Senate Judiciary Committee approves resolutions allowing voters to amend State Constitution as the pace quickens on Capitol Hill

(NASHVILLE, Tenn.), February 7, 2019 – The pace quickened on Capitol Hill this week as lawmakers faced the deadline to file bills for the 2019 legislative session.  State senators also moved several important proposals through committees, including two resolutions to amend Tennessee’s Constitution which were approved by the Senate Judiciary Committee.  One resolution would allow voters to change the way Tennessee’s Attorney General is selected, while the other lets them ban imposition of a statewide property tax. 

Tennessee levied a statewide property tax until 1949 after the legislature agreed to impose a two percent sales tax to provide funds for education in exchange.  This was in addition to any property taxes imposed by local governments in Tennessee. 

Although no statewide property tax has been imposed since that time, the state retains the ability to reenact the tax through legislation.  Most recently, it was an alternative option recommended by the 2004 Tennessee Tax Structure Study Commission, which was formed to provide lawmakers with tax guidance after a multi-year state income tax debate.

Senate Joint Resolution 3 starts the process to change the constitution to prohibit the Legislature from levying any state tax on property. 

The other resolution, Senate Joint Resolution 1, calls for an open nomination process by the Tennessee Supreme Court in selecting the State Attorney General, followed by a confirmation vote of the nominee by a majority of both houses of the Tennessee General Assembly.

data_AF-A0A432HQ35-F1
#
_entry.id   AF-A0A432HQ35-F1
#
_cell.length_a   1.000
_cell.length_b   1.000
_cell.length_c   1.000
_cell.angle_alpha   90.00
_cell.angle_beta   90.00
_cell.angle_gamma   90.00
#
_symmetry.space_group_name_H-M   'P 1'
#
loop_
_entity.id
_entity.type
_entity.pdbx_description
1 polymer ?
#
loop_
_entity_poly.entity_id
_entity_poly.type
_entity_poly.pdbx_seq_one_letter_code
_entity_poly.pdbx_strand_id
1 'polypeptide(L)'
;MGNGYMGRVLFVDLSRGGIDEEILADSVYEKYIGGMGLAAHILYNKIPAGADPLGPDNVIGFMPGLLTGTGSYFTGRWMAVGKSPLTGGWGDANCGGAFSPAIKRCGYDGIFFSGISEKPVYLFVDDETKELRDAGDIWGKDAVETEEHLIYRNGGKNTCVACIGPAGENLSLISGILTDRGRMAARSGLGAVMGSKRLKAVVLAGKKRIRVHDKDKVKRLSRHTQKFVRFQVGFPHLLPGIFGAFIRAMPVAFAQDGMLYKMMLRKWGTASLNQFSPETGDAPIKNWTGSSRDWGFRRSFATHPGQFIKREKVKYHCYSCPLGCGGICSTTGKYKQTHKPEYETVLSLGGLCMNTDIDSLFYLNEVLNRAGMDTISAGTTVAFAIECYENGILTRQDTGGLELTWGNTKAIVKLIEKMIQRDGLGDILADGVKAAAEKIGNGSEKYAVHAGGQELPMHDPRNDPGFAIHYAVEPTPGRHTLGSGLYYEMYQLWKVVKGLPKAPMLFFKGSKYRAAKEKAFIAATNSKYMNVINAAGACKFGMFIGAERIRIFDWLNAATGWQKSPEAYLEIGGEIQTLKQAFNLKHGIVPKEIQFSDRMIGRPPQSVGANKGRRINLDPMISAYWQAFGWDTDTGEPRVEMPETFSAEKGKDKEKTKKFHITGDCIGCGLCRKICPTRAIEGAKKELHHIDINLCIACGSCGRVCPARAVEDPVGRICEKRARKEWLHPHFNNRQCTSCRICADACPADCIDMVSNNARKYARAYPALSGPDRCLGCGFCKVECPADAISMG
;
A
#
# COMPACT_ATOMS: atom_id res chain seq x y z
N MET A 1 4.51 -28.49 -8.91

Sponsors maintain the legislation is intended to provide for a more transparent process in the selection of nominees and that the confirmation by the General Assembly will make the process more broad-based and accountable.  The bill keeps intact a role for the judiciary in the process.

Tennessee is the only state in which the State Supreme Court appoints the attorney general.  The votes taken by the court on nominees are not currently disclosed to the public.

The resolution would require the votes of the Tennessee Supreme Court justices to be held in open court, with recorded votes. Once the nomination is made, the legislature would have sixty days to go through the confirmation process. In the event that the candidate is rejected, then the court would have 60 days to make another nomination.

Before proceeding to a vote by the people, both resolutions must be approved by a simple majority of the 111th General Assembly during the 2019-2020 sessions and by a two-thirds majority of the 112th General Assembly which will convene in 2021-2022.  Once on the ballot, constitutional amendments must receive a plurality of votes cast in the gubernatorial election.

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